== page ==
In recent years, threads of connection between Aotearoa and Asia’s contemporary art milieus have thickened into rope. The Asia New Zealand Foundation has been a consistent sponsor of travel and exchange, and even small and mid-sized art institutions have brought work by Asian artists to their respective local audiences. The 5th Auckland Triennial, curated by Hou Hanru, mined a burgeoning vein of exportable contemporary art practice, fortified by a belief in the legibility of international practice to an Auckland audience. The legacy of “biennale curators” such as Hou Hanru and Okwui Enwezor is built on this transferability—and on their commitment to themes emerging from the increasing mobilisation of people, culture, labour, ideas, and capital. Crucially, they have facilitated moments of encounter not only between the traditional centres of the Western art world and its peripheries, but between places that were both once considered peripheries.
I’ve argued elsewhere that the general anxiety toward China that currently ripples beneath the surface of New Zealand society stems, in part, from a lack of concrete understanding about a place that is, in many ways, seen as an opposite Other.5 Similarly this exhibition’s undercurrents are almost elusively grand: “the tenuous relationships workers have within a globalizing economy”, “The problematic reality of China’s economic development”, or “a Chinese understanding of the relations between man and environment, life and water”. I would add to this that any illegibility has not been aided by the fact that historically our view of Asia has been continually refracted through the lens of dominant empires, namely Britain and the United States. By some sort of Stockholm syndrome, even the notion of the “Asia-Pacific”—through which we peer outwards to Asia, and which we utilise to knit together our respective regions—is imbued with economic and military connotations traceable to a paradigm of American expansionism.6
But as Field Recordings observe, “margins are not just found on the periphery”. Their work traces a litany of junctures big and small, domestic and international, economic and geographic. The result is a complicated portrait irreducible to a clear-cut morality tale of power and privilege seesawing with subjugation. In vérité, narratives inherited from dominant powers are present but not determining. Vérité offers a means of relating periphery to periphery, by opening up a space for truth processes to unfold—and in the absence of the clear moral imperatives that conventional documentary seeks to impart, vérité is driven by individual empathy.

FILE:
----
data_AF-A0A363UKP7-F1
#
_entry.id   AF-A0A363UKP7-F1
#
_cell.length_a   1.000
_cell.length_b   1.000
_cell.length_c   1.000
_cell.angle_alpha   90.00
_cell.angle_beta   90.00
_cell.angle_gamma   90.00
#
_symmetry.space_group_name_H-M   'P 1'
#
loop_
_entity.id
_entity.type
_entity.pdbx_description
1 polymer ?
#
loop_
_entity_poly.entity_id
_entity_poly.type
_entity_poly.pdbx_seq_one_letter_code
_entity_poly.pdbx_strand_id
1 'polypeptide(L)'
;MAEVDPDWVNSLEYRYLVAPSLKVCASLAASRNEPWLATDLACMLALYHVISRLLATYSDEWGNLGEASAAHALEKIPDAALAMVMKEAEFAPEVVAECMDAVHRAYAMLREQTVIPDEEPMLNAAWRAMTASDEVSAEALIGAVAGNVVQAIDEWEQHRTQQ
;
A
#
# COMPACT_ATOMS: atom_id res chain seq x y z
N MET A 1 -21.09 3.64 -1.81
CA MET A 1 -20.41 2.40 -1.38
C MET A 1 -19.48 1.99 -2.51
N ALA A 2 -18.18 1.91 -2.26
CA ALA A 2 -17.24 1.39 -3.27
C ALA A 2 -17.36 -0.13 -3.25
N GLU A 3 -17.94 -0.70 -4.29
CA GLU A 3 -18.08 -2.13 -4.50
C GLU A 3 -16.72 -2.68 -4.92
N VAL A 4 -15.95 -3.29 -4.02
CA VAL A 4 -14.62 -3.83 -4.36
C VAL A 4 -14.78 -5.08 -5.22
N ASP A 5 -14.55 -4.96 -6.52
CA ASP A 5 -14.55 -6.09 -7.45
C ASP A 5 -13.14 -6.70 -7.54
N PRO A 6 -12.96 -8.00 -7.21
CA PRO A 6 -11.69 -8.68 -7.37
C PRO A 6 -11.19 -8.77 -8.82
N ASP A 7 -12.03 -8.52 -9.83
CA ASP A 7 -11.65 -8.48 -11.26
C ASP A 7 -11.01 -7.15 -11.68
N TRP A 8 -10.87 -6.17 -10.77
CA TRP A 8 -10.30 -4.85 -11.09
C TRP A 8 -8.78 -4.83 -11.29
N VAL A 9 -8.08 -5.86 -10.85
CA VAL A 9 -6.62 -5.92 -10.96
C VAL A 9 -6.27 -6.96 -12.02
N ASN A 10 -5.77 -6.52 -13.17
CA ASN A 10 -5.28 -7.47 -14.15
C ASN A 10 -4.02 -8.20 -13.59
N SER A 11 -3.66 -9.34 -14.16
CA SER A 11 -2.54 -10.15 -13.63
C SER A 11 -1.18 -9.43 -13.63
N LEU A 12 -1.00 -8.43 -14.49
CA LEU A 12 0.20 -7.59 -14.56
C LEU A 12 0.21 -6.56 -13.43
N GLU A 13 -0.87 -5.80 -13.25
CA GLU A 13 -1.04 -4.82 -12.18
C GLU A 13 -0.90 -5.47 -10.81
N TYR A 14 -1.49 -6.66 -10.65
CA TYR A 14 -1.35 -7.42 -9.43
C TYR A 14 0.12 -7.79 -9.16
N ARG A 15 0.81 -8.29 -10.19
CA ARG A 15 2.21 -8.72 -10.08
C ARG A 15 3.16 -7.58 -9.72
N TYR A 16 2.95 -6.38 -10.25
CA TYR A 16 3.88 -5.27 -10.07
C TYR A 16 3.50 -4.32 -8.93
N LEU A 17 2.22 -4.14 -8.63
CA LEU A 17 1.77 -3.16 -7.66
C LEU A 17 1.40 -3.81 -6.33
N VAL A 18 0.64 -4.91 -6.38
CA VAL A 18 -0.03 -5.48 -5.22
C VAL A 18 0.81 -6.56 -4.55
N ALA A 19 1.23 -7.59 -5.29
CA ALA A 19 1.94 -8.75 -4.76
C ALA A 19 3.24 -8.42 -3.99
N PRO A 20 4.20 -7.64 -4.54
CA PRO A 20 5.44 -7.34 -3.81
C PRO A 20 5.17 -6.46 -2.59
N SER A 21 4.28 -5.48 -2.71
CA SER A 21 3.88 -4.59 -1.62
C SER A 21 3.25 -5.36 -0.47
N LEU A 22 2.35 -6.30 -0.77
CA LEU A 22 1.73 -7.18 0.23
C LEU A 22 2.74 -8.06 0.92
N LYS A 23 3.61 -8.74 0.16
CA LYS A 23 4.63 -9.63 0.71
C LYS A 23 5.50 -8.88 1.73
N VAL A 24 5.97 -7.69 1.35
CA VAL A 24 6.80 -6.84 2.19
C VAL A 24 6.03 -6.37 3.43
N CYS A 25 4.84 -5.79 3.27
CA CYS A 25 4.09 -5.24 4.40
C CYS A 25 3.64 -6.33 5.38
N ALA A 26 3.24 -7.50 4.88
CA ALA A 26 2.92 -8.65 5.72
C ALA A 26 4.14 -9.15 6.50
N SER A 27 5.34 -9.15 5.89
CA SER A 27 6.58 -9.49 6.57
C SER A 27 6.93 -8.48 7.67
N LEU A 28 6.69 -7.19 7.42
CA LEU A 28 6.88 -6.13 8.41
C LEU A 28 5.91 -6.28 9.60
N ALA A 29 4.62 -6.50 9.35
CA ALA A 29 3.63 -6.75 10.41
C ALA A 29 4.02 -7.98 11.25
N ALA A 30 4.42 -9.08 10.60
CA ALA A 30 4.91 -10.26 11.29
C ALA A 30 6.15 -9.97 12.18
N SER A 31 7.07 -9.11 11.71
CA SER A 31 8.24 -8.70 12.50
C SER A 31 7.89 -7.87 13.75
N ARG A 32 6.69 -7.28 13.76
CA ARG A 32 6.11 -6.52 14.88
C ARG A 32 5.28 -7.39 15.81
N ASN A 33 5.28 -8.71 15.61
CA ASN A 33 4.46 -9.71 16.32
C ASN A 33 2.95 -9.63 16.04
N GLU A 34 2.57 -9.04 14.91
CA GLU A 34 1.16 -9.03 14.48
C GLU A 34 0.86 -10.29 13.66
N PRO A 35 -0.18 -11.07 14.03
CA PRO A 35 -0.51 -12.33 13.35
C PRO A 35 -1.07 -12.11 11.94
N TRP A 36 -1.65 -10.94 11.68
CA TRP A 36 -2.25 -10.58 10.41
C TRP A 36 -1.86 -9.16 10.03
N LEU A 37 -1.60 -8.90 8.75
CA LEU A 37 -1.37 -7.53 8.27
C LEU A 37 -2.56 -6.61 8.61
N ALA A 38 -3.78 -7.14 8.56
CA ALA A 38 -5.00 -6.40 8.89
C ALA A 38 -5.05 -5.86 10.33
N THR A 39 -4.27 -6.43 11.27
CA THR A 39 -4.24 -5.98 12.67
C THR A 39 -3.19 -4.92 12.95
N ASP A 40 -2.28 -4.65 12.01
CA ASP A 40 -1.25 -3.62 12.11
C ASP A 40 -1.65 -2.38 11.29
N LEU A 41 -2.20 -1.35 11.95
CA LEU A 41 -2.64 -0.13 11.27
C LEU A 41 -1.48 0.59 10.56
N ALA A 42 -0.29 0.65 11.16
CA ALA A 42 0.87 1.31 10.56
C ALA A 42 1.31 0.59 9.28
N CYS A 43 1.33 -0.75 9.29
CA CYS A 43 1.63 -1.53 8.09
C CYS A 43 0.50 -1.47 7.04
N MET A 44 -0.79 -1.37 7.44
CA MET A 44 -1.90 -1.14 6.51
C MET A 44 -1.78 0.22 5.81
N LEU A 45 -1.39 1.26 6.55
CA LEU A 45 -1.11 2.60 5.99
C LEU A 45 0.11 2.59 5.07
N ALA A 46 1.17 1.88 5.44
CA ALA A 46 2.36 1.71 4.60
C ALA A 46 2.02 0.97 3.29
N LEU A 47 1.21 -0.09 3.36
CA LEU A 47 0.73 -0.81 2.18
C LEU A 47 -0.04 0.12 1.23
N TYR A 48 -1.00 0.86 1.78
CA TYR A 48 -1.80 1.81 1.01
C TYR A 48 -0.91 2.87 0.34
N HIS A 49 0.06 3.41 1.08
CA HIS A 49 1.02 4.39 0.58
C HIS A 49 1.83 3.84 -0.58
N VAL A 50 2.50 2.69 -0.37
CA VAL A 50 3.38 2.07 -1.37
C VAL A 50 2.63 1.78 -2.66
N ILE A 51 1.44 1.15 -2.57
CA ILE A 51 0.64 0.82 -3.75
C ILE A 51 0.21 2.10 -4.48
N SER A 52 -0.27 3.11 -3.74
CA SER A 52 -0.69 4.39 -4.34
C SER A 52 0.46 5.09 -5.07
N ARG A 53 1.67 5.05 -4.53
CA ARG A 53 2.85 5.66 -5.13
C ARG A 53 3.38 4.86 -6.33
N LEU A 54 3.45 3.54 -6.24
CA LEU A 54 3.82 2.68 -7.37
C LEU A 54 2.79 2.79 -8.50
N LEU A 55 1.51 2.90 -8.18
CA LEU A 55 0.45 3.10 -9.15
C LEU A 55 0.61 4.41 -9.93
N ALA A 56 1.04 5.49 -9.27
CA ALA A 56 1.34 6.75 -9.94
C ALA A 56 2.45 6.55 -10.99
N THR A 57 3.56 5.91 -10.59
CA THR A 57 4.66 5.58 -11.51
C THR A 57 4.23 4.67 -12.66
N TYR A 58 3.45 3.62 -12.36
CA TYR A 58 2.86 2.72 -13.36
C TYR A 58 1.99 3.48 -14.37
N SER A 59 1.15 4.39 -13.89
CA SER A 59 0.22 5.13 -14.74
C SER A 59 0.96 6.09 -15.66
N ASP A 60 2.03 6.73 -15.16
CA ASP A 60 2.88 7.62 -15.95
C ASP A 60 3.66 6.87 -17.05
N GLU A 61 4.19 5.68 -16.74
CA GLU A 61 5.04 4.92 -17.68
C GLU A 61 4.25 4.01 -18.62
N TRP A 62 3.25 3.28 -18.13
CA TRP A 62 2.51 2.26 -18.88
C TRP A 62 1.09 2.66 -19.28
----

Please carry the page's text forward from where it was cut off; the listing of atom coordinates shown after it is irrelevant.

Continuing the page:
For while Field Recordings’ work engages social and cultural themes, we pin our encounter with the work to its human subjects: Mr. Kang, the silver mine workers, the crane driver nicknamed Xiao Pudong, and the unnamed characters from whose apartment windows we catch glimpses of the waterways. Enwezor has argued that human rights has eclipsed class struggle as the “organising instrument” to which contemporary art orients itself—locating ethics as the central question of contemporary art. At the heart of vérité is an “interplay between fact and truth”; the audience-subject is encouraged to confront the conditionality of truth “as a process of unraveling, exploring, questioning, probing, analyzing, diagnosing, a search for truth or, shall we say, veracity.”7
In this way, this type of practice goes beyond the testimony of conventional documentary. Vérité suggests that perhaps the most fruitful interpretations are the ones that turn inwards, embracing and embarking upon truth processes of our very own. Whereas a World Vision campaign begs of you pity or guilt for the Other, vérité instead urges you toward recognition. It could be said that vérité encourages a search for the Self, whereas documentary encourages only a detached, external search for the Other—the merely interesting shell of the chestnut.
Homi Bhabha has framed this recognition in another way. Writing about the photography of Taryn Simon, he describes a recognition conditioned by precarity and survival, in which we are “fraught with awareness” of our own “internal disjunctions, where rationality and affect cross paths, and leave anxiety and ambivalence in their wake.”8 These are the sparks of humanity listed earlier; the flesh of the chestnut. This is the moment in the truth process when we cross over from asking ourselves “what would we do for these people?” and begin to ask, “what would I do, in these same circumstances?” As Bhabha writes, “The question is not Who is she?… The question is What has become of her?”
We wonder about the fate of Xiao Pudong, and hope that he achieves his dream of farming snakes, because it doubles as a signal of the possibilities for our own lives.9 And the thought of the artist negotiating her grandmother’s memory of the changing seasons becomes doubly poignant—we come to recognise that climate change chips away at not only the stability of the environments around us, but also the certainty of our ancestors’ wisdom in the face of our own precarity.
What will become of us?
1 With an eye on the patterns of art history, shipping containers are, it seems, a motif not only within this work, but of contemporary art’s search for understanding vis-à-vis global capitalism. The theorist and artist Allan Sekula, has described them as the “very emblem of capitalist disavowal”, and the image of containers seemingly propelling themselves across the Atlantic (so efficiently overladen is the ship that it disappears beneath them) in Sekula’s work The Forgotten Space, has remained with me since it was shown at The Film Archive/Artspace as part of the 5th Auckland Triennial (curated by Hou Hanru in 2013).